But given the state of our body politic, I’m wondering if I have been too quick to dismiss the value of this other approach. Not because it’s a great way to choose our leaders, but rather because just being able to think in such terms suggests a healthier state of politics than the one we’re in now. Maybe if all of us could once again imagine clinking glasses with a politician from “the other side,” our country might be better off.

Sadly, I don’t see that happening soon.

And so, I would very much like to sit down and have a beer with Ron Johnson. Not because I think he’d be a fun drinking buddy, but because when he’s not looking, I’d very much like to spit in his glass.

Have a great week.

Monday Musings: Taming My Inner Eeyore

The hard part of getting back into posting isn’t the first post. It’s the second, and the ones after that. In part, I retreated from social media six or seven weeks back because I couldn’t imagine carrying the emotional load I had shouldered while simultaneously producing essays about things that mattered less to me, which was pretty much everything else. At the same time, I also knew that I didn’t want to post every Monday about our family problems or my mental health issues. Nobody wants to read that guy week after week after week.

I touched on this a bit back in May, at a time when I was also struggling to come up with essay ideas for these Monday Musing entries.

So, what to do this time around . . . .

In truth, right now there is lots to write about. And the world is a far more promising place today than it was in May. Which makes this blogging thing a little easier. Consider:

Our former Felon-In-Chief is twisting slowly, slowly in the wind (that’s a Watergate reference, for those of you too young to remember), and I will admit that I’ve enjoyed watching him flop about like a hooked fish on a pier (yeah, I know, I’m mixing metaphors — deal with it), searching for any defense that might save his sorry ass. “The documents were planted! It’s a hoax.” “I declassified the documents ages ago.” (Quite a neat trick — knowing to declassify documents that would be planted on his property without his knowledge years later . . . .) “This is all legal under the Presidential Records Act.” (Spoiler alert: It’s not.)

At the same time, our current President (legally and fairly elected) is having a summer to remember. Tumbling gas prices, inflation starting to come under control, continued historic strength in the job market, Democratic voters motivated and mobilized by the SCOTUS decision overturning Roe v. Wade, voters in ruby red Kansas rejecting an abortion ban, one piece of major legislation after another passed and signed into law, rising poll numbers, surprisingly strong Democratic performances in special elections. It all adds up to a changing political landscape, and the realization that November might not turn out the way most pundits were predicting only a few months ago.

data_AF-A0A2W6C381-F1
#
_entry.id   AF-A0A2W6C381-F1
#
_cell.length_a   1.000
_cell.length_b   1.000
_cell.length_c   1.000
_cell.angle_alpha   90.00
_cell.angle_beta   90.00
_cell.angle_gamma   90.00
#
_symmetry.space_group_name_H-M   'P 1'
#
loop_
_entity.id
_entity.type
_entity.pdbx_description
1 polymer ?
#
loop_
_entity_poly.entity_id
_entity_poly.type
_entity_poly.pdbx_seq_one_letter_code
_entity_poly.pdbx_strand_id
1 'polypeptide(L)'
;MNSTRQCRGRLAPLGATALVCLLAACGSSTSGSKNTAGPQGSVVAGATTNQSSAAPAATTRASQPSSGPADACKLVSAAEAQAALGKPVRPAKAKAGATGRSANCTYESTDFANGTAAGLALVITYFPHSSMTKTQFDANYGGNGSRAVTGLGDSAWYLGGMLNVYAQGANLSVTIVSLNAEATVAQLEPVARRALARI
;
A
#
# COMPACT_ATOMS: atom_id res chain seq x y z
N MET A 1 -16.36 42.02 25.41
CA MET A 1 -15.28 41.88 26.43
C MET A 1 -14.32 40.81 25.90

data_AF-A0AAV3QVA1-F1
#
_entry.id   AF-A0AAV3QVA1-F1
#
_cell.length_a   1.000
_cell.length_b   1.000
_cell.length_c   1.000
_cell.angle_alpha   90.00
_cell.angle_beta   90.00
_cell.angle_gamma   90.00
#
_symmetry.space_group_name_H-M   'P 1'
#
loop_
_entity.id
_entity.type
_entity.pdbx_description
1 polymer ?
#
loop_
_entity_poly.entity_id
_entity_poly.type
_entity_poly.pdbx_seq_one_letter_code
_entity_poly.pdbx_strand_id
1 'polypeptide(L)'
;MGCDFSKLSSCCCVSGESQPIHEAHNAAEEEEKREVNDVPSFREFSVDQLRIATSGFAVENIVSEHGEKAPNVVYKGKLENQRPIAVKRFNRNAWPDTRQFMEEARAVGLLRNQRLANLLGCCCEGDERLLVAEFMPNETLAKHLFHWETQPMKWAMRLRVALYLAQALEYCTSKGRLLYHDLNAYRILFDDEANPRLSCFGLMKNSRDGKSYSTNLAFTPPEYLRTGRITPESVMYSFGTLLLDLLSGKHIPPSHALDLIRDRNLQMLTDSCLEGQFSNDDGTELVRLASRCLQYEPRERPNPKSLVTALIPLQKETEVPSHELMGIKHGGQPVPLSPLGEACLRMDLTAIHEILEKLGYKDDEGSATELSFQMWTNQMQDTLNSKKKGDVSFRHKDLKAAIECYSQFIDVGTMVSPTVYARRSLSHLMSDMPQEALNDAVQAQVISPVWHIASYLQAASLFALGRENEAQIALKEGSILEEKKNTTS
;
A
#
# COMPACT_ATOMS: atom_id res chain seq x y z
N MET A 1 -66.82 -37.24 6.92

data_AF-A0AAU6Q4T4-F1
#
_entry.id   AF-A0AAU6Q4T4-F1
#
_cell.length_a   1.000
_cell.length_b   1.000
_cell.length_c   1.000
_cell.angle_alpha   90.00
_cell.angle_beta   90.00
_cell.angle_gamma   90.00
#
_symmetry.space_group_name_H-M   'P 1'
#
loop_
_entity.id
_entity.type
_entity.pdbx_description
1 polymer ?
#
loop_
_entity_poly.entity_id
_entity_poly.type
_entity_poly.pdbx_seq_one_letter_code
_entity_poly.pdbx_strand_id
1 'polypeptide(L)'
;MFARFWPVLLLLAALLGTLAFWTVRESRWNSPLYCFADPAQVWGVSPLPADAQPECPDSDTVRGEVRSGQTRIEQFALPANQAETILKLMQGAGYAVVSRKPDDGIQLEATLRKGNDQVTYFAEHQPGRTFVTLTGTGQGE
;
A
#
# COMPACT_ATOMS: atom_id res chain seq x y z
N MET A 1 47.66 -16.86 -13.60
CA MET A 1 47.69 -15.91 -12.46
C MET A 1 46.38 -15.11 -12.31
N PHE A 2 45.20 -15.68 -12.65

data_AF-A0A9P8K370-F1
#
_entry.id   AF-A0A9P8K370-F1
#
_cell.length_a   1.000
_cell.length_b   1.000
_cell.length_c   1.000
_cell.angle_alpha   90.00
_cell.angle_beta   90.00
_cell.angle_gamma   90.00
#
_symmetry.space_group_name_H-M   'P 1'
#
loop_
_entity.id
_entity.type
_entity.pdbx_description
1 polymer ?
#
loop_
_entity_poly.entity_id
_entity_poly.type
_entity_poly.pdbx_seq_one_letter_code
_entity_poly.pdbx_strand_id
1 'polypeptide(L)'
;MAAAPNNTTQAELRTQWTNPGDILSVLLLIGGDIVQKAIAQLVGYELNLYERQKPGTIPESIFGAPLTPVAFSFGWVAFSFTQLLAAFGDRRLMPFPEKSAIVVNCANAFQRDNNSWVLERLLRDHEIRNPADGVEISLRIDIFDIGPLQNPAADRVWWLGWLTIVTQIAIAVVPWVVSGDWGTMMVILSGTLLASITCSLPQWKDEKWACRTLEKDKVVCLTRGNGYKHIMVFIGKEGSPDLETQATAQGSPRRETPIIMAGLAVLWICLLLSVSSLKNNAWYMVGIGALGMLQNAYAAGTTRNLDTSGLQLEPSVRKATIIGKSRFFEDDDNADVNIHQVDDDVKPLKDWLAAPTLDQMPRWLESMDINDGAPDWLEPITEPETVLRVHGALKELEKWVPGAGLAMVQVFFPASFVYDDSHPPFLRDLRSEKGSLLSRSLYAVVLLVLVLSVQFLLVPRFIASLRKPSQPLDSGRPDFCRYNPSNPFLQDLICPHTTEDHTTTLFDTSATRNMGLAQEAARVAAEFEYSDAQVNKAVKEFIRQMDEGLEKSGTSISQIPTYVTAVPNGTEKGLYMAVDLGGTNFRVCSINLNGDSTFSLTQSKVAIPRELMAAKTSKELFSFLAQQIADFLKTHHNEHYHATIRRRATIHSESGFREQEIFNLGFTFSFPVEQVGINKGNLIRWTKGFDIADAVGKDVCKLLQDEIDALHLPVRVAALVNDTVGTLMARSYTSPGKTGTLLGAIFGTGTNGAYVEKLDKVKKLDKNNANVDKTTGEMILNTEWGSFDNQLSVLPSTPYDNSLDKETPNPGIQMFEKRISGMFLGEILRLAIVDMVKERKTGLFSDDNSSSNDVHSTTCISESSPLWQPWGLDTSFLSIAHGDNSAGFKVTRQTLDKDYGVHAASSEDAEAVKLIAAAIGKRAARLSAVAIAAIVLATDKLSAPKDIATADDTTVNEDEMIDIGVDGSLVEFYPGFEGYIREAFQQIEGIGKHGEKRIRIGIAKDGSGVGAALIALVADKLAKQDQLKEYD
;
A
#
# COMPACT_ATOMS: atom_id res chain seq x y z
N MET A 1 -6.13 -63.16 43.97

On the other hand, drought and floods and fires serve as constant reminders that despite the passage of the climate change bill — a significant and laudable achievement for the Administration and Congress — our planet remains gravely at risk. With that in mind, I believe when historians look back on 2022 decades from now, they will identify as the most significant moment of the year this week’s decision by the California Air Resources Board to ban the sale of new gasoline-powered motor vehicles after 2035.

Yes, it’s only one state. Don’t let that fool you. If California were a sovereign nation, its economy would be the fifth largest in the world, behind only the U.S., China, Japan, and Germany. Alone it accounts for more than 1/7 of our country’s GDP, and its citizens own far more cars than do the residents of any other state. Where California goes, the automobile industry will have little choice but to follow.

At long last, someone in this country has stepped forward and said, “This way to climate sanity. Follow me.” I expect Gavin Newsom, California’s governor and a Democratic Presidential hopeful for 2024 or 2028, sees this as good politics, which is also telling.

Look, anyone who knows me well will tell you I have a lot more in common with Eeyore than I do with Pollyanna. I am all too aware of the threat Trumpism poses to our republic, of the damage the Supreme Court has done to our society and the further damage it could very well do in its next term, of the precarious state of our planet and the limited reach of even California’s dramatic actions this week.

I am also aware of the tough road that lies ahead for my family, for my older daughter in particular.

As a part-time essayist, I can choose to dwell on the negative, or, as the song goes, I can accentuate the positive. For now, I prefer to do the latter. My hope may prove audacious, fantastical even. But I embrace it anyway. I can also promise you I won’t always be able to do this. My inner Eeyore is strong and persistent. For now, though, he is quiescent, and I’m glad.

I wish you a week of hope, good health, and good tidings.

Monday Musings: We Are Broken

On Friday, I grieved.

Today I’m just ticked off.

Every approach to the subject I attempt feels inadequate. Our nation is broken and I despair of seeing it repaired in my lifetime or even that of my children.